Beyond Nonprofits: Re-conceptualizing the Third Sector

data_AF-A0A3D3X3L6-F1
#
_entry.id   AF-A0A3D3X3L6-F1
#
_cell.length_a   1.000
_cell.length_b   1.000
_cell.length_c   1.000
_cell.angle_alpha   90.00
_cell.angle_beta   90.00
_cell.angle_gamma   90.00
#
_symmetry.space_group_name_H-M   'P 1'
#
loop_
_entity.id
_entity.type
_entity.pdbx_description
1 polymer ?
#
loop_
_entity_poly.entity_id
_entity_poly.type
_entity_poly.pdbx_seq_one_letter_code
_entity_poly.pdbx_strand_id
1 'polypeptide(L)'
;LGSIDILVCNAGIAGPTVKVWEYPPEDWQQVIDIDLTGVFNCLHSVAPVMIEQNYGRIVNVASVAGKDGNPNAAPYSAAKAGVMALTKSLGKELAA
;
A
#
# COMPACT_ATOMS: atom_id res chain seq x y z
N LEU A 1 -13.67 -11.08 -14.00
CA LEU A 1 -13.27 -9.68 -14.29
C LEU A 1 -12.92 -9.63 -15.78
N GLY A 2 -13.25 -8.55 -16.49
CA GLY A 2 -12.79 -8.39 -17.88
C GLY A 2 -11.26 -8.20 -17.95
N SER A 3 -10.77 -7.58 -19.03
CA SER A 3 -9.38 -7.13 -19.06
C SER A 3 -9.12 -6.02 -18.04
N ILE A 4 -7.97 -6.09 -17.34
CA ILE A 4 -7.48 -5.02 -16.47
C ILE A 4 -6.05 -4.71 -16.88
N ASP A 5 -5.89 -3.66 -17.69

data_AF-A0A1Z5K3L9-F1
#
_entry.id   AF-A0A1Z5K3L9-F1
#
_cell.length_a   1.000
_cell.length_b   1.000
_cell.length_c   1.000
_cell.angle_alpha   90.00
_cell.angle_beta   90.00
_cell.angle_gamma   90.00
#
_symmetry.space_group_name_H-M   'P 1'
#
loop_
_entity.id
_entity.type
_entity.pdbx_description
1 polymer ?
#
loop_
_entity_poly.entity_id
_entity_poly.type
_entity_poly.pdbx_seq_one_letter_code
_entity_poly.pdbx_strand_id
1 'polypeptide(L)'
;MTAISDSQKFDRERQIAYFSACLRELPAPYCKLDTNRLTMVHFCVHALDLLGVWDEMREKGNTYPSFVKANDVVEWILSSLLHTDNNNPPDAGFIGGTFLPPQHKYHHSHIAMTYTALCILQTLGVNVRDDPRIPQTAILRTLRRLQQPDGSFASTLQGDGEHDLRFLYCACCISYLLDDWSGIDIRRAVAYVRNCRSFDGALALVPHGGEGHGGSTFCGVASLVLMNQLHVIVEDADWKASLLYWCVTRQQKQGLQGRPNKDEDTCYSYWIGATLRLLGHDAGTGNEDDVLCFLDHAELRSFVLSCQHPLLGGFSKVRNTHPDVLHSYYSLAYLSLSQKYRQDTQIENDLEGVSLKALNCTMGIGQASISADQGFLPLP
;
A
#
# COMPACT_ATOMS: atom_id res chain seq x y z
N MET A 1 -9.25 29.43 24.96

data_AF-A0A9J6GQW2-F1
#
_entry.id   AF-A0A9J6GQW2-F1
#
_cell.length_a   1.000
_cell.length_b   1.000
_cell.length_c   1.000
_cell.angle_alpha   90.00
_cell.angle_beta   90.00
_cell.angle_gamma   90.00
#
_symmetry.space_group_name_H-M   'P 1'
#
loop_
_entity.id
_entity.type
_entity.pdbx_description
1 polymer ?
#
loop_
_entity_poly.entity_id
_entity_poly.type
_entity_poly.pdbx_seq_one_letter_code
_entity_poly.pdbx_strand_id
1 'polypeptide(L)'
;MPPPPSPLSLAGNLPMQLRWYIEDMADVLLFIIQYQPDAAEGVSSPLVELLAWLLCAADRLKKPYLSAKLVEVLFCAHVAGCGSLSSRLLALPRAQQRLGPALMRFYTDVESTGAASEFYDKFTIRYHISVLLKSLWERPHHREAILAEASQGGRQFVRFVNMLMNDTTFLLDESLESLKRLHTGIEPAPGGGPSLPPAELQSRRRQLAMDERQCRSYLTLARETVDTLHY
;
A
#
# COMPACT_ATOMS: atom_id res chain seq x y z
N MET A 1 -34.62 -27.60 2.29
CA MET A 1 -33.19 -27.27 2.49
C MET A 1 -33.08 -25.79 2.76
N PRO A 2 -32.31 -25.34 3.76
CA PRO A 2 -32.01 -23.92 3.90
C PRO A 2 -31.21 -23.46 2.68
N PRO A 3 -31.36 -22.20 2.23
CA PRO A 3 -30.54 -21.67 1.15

The idea of a “third sector” beyond the arenas of the state and the market is probably one of the most perplexing concepts in modern political and social discourse, encompassing as it does a tremendous diversity of institutions and behaviors that only relatively recently have been perceived in public or scholarly discourse as a distinct sector, and even then with grave misgivings. Initial work on this concept focused on what is still widely regarded as its institutional core, the vast array of private, nonprofit institutions (NPIs), and the volunteer as well as paid workers they mobilize and engage. These institutions share a crucial characteristic that makes it feasible to differentiate from for-profit enterprises: the fact that they are prohibited from distributing any surplus they generate to their investors, directors, or stakeholders and therefore presumptively serve some broader public interest. Many European scholars have considered this conceptualization too narrow; however, arguing that cooperatives, mutual societies, and, in recent years, “social enterprises” as well as social norms should also be included. However, this broader concept has remained under-conceptualized in reliable operational terms. This article corrects this short-coming and presents a consensus operational re-conceptualization of the third sector fashioned by a group of scholars working under the umbrella of the European Union’s Third Sector Impact Project. This re-conceptualization goes well beyond the widely recognized definition of NPIs included in the UN Handbook on Nonprofit Institutions in the System of National Accounts by embracing as well some, but not all, of these additional institutions and forms of direct individual activity, and does so in a way that meets demanding criteria of comparability, operationalizability, and potential for integration into official statistical systems.